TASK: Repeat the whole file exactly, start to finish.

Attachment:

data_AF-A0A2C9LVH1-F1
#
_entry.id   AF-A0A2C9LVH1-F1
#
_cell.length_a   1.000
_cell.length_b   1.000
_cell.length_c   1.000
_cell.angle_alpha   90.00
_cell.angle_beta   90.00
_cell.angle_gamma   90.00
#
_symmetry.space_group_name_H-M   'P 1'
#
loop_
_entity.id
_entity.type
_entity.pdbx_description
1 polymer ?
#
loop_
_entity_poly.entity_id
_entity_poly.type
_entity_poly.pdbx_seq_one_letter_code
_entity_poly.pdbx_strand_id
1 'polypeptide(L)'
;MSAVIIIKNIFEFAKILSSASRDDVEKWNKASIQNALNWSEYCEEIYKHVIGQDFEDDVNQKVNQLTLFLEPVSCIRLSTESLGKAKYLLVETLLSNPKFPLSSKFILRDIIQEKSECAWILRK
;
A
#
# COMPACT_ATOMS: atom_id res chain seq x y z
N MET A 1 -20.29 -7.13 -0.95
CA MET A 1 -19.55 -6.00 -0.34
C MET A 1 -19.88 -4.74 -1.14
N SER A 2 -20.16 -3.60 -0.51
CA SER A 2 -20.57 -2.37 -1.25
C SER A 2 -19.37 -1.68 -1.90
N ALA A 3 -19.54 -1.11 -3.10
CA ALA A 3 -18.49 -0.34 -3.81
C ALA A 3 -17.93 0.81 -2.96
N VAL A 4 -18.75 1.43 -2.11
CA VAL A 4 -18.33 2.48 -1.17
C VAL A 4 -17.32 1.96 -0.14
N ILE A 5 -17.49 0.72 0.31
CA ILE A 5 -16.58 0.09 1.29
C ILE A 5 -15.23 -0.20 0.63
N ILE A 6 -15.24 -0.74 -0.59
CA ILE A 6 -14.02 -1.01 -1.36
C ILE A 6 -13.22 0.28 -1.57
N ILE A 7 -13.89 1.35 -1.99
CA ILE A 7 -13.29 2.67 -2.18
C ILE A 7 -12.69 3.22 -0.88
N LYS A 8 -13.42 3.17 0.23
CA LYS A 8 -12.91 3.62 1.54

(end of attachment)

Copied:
data_AF-A0A2C9LVH1-F1
#
_entry.id   AF-A0A2C9LVH1-F1
#
_cell.length_a   1.000
_cell.length_b   1.000
_cell.length_c   1.000
_cell.angle_alpha   90.00
_cell.angle_beta   90.00
_cell.angle_gamma   90.00
#
_symmetry.space_group_name_H-M   'P 1'
#
loop_
_entity.id
_entity.type
_entity.pdbx_description
1 polymer ?
#
loop_
_entity_poly.entity_id
_entity_poly.type
_entity_poly.pdbx_seq_one_letter_code
_entity_poly.pdbx_strand_id
1 'polypeptide(L)'
;MSAVIIIKNIFEFAKILSSASRDDVEKWNKASIQNALNWSEYCEEIYKHVIGQDFEDDVNQKVNQLTLFLEPVSCIRLSTESLGKAKYLLVETLLSNPKFPLSSKFILRDIIQEKSECAWILRK
;
A
#
# COMPACT_ATOMS: atom_id res chain seq x y z
N MET A 1 -20.29 -7.13 -0.95
CA MET A 1 -19.55 -6.00 -0.34
C MET A 1 -19.88 -4.74 -1.14
N SER A 2 -20.16 -3.60 -0.51
CA SER A 2 -20.57 -2.37 -1.25
C SER A 2 -19.37 -1.68 -1.90
N ALA A 3 -19.54 -1.11 -3.10
CA ALA A 3 -18.49 -0.34 -3.81
C ALA A 3 -17.93 0.81 -2.96
N VAL A 4 -18.75 1.43 -2.11
CA VAL A 4 -18.33 2.48 -1.17
C VAL A 4 -17.32 1.96 -0.14
N ILE A 5 -17.49 0.72 0.31
CA ILE A 5 -16.58 0.09 1.29
C ILE A 5 -15.23 -0.20 0.63
N ILE A 6 -15.24 -0.74 -0.59
CA ILE A 6 -14.02 -1.01 -1.36
C ILE A 6 -13.22 0.28 -1.57
N ILE A 7 -13.89 1.35 -1.99
CA ILE A 7 -13.29 2.67 -2.18
C ILE A 7 -12.69 3.22 -0.88
N LYS A 8 -13.42 3.17 0.23
CA LYS A 8 -12.91 3.62 1.54